"It's experimental, sure, but a controlled experiment," lead singer and guitarist Brian Lopez said of his band's offbeat approach to making music.
Some have likened the band's sound to the progressive hard rock of the 1970s through the '90s, and there are iron-fist-in-a-velvet-glove elements that might recall the heydays of Led Zeppelin and Queen. But some listeners also will hear echoes of avant-pop from XTC to Radiohead, with a little primal-scream therapy thrown in for good measure. The band has been compared to the Mars Volta and Wolfmother, but that's more because of Lopez's limber falsetto than musical connections.
One testament to Mostly Bears' potential came last summer, when the band was named Best New Band by critics polled for the 2007 Tucson Area Music Awards, aka the TAMMIES.
With the release this week of its debut full-length album, The Ed Mitchell Clinic, Mostly Bears could become the next local act to have an impact on a national level. The stars must align for such magic to occur, but recent appearances at the South by Southwest Music Festival in Austin, an upcoming summer tour and the gathered forces of local label Funzalo Records won't hurt.
Mostly Bears will celebrate the new CD's release Friday night, April 25, with a gala gig at Club Congress. Also on the bill will be the San Francisco-based duo Leopold and His Fiction and Tempe band What Laura Says Thinks and Feels.
The trio gathered recently on the patio at Funzalo's midtown offices to discuss the new album, getting their feet wet in the music industry and the history of Mostly Bears so far.
Lopez, bassist and vocalist Geoff Hidalgo and drummer Nick Wantland all attended Tucson High School. They range in age from 25 to 19, respectively, and all are natives of the Old Pueblo. Prior to Mostly Bears, Hidalgo and Lopez played in a band, Gorilla Behind Bars, which folded about three years ago.
After spending six months living in Barcelona, Lopez returned to Tucson to form a new band with Hidalgo. They discovered Wantland at a drumming competition at the Guitar Center, and Mostly Bears was born in October 2005.
Wantland was the missing link that made Mostly Bears coalesce, Lopez said.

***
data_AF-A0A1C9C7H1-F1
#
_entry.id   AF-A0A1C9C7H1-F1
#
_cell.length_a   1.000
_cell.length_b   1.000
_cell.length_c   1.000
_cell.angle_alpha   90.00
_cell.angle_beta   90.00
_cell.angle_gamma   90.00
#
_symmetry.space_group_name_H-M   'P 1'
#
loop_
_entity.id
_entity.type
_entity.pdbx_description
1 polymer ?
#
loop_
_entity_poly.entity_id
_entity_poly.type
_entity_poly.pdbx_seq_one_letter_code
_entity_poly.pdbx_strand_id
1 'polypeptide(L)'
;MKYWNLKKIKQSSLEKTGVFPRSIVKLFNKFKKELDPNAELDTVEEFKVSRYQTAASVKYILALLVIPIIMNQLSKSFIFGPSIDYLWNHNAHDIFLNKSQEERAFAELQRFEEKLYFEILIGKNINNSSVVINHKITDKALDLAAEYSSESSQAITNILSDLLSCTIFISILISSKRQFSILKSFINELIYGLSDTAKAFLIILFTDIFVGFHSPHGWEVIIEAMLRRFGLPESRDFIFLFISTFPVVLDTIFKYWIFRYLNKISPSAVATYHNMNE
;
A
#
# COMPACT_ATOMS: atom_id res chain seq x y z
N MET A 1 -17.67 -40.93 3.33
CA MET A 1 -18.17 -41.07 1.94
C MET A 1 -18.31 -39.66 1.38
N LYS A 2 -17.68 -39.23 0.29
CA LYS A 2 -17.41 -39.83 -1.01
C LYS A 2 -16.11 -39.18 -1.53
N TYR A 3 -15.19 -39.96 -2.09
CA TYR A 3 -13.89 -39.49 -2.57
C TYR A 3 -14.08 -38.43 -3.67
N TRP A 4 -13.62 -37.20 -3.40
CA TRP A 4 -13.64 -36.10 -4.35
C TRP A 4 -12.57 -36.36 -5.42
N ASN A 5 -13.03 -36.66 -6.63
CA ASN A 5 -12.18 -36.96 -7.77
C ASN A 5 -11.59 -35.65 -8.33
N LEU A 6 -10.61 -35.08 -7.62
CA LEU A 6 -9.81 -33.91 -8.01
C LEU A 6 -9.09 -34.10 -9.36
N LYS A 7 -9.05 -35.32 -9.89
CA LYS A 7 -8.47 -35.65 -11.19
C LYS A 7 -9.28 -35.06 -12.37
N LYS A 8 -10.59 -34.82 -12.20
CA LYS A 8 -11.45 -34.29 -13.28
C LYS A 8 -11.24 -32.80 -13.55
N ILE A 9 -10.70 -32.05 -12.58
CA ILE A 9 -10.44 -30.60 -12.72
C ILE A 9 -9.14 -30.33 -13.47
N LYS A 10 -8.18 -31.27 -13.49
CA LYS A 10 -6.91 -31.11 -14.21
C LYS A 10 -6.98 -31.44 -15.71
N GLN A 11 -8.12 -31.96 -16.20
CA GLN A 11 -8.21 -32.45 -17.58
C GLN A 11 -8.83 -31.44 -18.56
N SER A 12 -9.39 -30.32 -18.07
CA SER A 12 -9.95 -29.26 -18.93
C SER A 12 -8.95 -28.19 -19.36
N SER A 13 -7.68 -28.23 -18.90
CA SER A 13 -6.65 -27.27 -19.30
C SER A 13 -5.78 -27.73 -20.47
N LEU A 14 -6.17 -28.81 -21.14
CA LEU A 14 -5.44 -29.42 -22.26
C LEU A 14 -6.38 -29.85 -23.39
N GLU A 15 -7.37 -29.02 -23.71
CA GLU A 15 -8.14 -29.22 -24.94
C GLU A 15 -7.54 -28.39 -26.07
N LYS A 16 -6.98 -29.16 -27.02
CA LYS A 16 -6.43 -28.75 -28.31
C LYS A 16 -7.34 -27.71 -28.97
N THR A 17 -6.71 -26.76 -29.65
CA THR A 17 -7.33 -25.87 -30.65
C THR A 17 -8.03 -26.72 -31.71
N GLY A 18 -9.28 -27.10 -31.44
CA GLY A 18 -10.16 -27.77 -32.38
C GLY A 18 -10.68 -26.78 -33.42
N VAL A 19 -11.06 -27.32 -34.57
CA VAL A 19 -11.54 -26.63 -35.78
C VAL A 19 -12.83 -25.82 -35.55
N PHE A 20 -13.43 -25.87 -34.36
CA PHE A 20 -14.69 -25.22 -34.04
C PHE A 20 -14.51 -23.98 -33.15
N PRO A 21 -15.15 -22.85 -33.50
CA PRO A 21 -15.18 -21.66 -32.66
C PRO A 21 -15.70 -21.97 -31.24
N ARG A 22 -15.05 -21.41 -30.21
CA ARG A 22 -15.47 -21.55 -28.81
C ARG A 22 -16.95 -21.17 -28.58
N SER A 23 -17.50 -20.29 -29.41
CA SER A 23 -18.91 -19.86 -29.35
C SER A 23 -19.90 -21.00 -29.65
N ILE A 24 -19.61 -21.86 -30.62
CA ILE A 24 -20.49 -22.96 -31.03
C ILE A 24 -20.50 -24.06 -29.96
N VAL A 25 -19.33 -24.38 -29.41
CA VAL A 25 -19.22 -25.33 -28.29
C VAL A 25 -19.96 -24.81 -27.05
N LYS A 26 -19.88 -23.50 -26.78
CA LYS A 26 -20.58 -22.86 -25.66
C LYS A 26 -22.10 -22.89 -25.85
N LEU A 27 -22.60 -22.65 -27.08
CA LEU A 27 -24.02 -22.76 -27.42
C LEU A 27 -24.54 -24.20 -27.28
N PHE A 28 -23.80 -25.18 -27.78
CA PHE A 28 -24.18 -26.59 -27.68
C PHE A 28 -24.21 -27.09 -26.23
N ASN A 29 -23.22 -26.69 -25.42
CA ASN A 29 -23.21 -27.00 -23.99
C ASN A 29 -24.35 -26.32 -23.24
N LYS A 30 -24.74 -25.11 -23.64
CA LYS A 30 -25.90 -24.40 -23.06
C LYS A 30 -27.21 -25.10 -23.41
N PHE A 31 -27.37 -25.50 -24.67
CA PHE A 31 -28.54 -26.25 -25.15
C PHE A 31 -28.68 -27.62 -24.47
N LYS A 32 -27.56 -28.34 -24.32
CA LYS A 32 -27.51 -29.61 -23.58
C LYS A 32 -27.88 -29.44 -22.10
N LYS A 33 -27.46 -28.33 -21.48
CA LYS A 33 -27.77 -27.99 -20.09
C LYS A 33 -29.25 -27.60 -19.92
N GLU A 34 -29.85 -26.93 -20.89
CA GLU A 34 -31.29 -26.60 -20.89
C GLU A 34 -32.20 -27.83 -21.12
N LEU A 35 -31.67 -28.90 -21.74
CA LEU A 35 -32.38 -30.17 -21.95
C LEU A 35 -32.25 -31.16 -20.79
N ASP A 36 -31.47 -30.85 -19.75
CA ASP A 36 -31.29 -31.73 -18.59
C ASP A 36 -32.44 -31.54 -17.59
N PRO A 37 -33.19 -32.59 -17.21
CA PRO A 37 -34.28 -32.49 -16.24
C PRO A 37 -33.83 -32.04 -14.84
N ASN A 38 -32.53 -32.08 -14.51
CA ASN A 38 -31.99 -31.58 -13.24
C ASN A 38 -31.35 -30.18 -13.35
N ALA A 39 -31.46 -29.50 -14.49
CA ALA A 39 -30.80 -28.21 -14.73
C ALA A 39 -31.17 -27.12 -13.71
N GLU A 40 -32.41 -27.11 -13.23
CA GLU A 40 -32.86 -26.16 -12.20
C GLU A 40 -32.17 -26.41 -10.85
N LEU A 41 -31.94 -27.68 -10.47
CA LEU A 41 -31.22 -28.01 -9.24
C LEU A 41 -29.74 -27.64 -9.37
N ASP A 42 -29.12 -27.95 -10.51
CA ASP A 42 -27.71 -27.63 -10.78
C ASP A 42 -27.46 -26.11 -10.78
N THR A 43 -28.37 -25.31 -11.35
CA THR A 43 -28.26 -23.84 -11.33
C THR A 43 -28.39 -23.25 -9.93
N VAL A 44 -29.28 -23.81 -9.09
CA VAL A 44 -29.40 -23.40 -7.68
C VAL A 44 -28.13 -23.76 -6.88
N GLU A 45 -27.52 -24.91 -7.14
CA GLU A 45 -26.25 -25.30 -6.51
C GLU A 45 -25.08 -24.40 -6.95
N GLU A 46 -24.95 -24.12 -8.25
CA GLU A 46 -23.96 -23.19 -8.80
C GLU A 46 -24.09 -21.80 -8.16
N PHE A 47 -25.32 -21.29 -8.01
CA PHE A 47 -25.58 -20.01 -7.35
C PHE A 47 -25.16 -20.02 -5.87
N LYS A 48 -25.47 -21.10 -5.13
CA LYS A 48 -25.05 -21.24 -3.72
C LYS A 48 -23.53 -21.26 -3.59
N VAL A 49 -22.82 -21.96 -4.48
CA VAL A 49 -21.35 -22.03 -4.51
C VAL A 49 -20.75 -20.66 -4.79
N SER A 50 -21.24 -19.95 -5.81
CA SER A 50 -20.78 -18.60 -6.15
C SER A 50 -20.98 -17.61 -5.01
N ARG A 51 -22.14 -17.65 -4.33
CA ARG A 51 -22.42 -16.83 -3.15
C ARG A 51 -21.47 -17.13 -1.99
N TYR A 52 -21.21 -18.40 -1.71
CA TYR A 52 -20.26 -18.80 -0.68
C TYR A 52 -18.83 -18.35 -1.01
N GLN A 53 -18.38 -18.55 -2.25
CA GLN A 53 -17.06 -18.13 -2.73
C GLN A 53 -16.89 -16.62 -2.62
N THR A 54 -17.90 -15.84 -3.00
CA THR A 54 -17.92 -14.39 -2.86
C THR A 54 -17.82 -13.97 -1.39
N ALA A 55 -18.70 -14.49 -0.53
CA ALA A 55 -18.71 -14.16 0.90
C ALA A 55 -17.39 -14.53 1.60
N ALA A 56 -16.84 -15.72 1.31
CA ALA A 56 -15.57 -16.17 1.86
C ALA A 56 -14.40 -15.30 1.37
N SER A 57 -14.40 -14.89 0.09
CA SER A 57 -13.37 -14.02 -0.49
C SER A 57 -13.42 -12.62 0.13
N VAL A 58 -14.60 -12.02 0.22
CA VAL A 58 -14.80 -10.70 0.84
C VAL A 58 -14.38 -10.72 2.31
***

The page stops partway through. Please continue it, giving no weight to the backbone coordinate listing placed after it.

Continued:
"We had tried playing with other drummers, but there was never that spark. With Nick, it was more a personality thing. We just got along with him better. If you can take care of that, the music will just follow and come together. I mean, you need to play with someone who's competent, of course. But would you marry a woman you didn't like?"
"Someone you couldn't laugh with?" Wantland added.
From the beginning, Mostly Bears didn't limit themselves to being simply a power trio. Early Mostly Bears rehearsals took place at the home of Wantland's parents. "They had all this crazy music equipment lying around. We just started using it," Lopez said.
The band continues to experiment. Recording The Ed Mitchell Clinic with producers Fred Huang and Nick Luca at the Upstairs Studio allowed the players access to all sorts of instruments. In the mix were organs and a glockenspiel, eccentric old guitars, the Chinese gu zheng, various percussion instruments and the electronic Omnichord, which is played by pressing buttons on a touch plate. A cellist also appears on a couple of songs.
Although most of the tracks were recorded live, the recording sessions' secret ingredient was the bathroom, the band members agreed.
"We loved to run a cord down the hall and record in that bathroom because of the natural reverb," Lopez said. "We'd do yells and handclaps in there, and we recorded the cello in there. I played an old Danelectro guitar in there."
"We'd be like, 'You think that sounds good? Let's try it in the bathroom!'" Hidalgo said.
"For (the song) 'Airports,' the percussion is mostly the three of us hitting the bathroom sink," Wantland said.
The Ed Mitchell Clinic is a light-years leap from the band's four-song EP, Only Child, which was released last summer by Funzalo.
"The EP wasn't intended to be released; it was just something we recorded mostly on Pro Tools in a friend's bedroom," Lopez said.
The new album is a "more accurate representation of what we are capable of doing," he said.
After 2 1/2 years of paying dues in Tucson nightclubs, Mostly Bears have become a reliable and busy entity around town, opening shows for national acts and headlining their own gigs, and getting the occasional out-of-town booking.
"On a local level, finding a gig has gotten a lot easier," Lopez said. "Playing out of town has given us more of a global perspective. In Tucson, some people know who we are and like us. But in Austin, for instance, we're nobodies."
And the experience of opening for some bands they respect have left the Mostly Bears boys feeling let down more often than not. "Most of the bands you open for end up being jerks," Wantland said.
"But that has been a good learning experience, too," Lopez said. "It's like: When we get to that level, let's not be that band."
Still young, hungry and creative, the members of Mostly Bears even now are writing songs for the follow-up to The Ed Mitchell Clinic.
"As soon as the last day in the studio of recording the new album was over, we already had ideas for the next album," Hidalgo said.